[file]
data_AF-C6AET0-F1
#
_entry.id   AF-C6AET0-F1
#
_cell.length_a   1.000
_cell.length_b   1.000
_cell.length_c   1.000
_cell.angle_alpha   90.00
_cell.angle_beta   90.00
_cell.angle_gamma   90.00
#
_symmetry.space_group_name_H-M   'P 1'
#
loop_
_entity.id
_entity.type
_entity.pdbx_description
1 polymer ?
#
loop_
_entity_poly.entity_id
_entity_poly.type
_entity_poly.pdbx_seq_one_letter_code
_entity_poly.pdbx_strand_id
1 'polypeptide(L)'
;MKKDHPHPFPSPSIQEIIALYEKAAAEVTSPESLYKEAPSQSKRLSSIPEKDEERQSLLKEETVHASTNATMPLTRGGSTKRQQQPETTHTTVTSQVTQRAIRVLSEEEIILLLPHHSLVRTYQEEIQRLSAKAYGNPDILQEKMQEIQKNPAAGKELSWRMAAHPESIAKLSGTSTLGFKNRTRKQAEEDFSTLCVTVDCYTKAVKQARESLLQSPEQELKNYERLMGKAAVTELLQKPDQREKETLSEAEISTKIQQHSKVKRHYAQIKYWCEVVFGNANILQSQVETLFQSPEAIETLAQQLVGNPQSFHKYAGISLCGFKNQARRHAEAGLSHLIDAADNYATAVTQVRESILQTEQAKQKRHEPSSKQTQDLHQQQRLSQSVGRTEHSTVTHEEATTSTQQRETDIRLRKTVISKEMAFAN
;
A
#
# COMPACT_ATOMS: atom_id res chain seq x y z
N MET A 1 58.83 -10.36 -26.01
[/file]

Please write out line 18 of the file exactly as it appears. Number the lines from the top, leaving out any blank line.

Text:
1 polymer ?